Apart from that the pigs’ designs, by the highly influential concept artist Albert Hurter, are highly appealing. Hurter had joined Disney in June 1931, first as an animator, but soon he switched to concept art, and he had a tremendous influence on the looks of Disney’s films in the 1930s. It must have been around this time that Disney started to think of an animated feature – a daring project which would dominate the studio during 1934-1937. For this ambitious project Moore would design no less than seven similar, yet different characters, while Hurter would indulge in elaborate sets, full of little details.

The film was a success not only within the animation industry, but with the American public, as well. The audiences took the film and its catchy song ‘Who’s Afraid of the Big Bad Wolf’ (sung by Mary Moder, Dorothy Compton and Pinto Colvig) as a sign of comfort and hope in the dark days of the Great Depression era. And even after more than eighty years, Frank Churchill’s song is still extremely catchy, even though it’s never heard in its entirety during the short. After a while the cartoon became no less than a sensation, lasting weeks in some theaters, and spawning a great deal of merchandise, like alarm clocks and jigsaw puzzles. In 1934 it won the Academy Award for best animated short film. In 1941 it was still famous enough to be changed into Disney’s first war propaganda film: ‘The Thrifty Pig‘.

The film undoubtedly was Walt Disney’s most famous and most successful short, and the first Silly Symphony to spawn sequels – due to the pressure by distributor United Artists. These sequels (‘The Big Bad Wolf‘ from 1934, ‘Three Little Wolves‘ from 1936, and ‘The Practical Pig‘ from 1939) were, of course, much less successful than the original, and are all but forgotten today. As Disney himself said “You can’t top pigs with pigs’.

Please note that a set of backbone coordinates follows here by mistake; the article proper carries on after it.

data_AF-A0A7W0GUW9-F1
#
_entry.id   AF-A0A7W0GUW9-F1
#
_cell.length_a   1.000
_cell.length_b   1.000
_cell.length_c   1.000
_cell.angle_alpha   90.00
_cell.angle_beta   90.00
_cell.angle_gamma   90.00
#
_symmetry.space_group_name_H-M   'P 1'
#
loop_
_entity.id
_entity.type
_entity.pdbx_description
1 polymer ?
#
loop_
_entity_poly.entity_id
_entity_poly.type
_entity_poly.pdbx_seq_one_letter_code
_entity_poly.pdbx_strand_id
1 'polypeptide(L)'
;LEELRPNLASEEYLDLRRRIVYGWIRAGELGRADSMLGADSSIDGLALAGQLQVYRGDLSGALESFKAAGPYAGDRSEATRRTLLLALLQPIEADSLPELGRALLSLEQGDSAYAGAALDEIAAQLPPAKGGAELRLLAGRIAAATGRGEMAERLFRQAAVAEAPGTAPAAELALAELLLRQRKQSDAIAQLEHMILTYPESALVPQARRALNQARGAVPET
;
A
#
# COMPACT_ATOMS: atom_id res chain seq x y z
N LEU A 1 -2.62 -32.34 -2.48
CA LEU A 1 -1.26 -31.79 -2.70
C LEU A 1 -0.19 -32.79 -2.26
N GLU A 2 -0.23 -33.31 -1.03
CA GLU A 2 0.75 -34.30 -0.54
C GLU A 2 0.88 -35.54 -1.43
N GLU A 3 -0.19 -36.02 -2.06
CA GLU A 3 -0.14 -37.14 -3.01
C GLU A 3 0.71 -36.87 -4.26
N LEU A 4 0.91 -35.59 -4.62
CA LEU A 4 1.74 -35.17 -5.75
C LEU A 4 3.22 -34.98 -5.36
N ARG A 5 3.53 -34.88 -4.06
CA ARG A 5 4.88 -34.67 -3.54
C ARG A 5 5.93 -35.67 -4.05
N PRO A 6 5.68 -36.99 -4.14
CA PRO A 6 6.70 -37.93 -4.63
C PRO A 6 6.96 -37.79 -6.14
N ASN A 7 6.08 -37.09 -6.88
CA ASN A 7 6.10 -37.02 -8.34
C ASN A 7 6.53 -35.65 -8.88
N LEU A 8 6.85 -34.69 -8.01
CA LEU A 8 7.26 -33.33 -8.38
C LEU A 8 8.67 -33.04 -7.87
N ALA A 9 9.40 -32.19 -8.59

The film also raised director Burt Gillett’s fame, and soon he was lured away by the ailing Van Beuren studios to repeat this immense success. However, at Van Beuren it soon became clear that ‘Three Little Pigs’ was not a success because of Burt Gillett’s genius, but because of the ambitious group effort of the Disney studio, and Gillett never managed to come near his most successful films at Disney again.

For ‘Three Little Pigs’ was a true collective effort, with Hurter, Churchill, Ferguson and Moore showing their best work thus far, but also through contributions by e.g. Art Babbitt, Dick Lundy and Jack King, who also animated some sequences, voice artist Pinto Colvig, the voice of the practical pig, and story man Ted Sears, who both contributed to the cartoon’s theme song, and Carl Stalling, who provided the practical pig’s piano-playing.

The film has easily stood the test of time: not only are the characters still appealing, its backgrounds are gorgeous, its music catchy, and its storytelling extraordinarily economical and effective, probably because may have been the first animated cartoon with a complete storyboard. The short’s joy is still infectious today. And although one will always remember the short’s cheerfulness, it contains some black humor, too: look for the portraits of dad and Uncle Tom in the wise pig’s house.

By the way, present-day viewers see an altered version of the film. The original featured a sequence in which the wolf dressed as a stereotyped Jewish door-to-door salesman. For its video release in the early 1980s this sequence was completely redrawn, to remove all Jewish references.

Watch ‘Three Little Pigs’ yourself and tell me what you think:

This is Silly Symphony No. 36
To the previous Silly Symphony: Father Noah’s Ark
To the next Silly Symphony: Old King Cole

Director: Jack King
Release Date: December 1943
Rating: ★★★½
Review:

Defense Against Invasion © Walt Disney‘Defense Against Invasion’ is an educational short for the Office of the Coordinator of Inter-American Affairs, the governmental institution, which tried to secure Latin America from the influence of the Axis powers.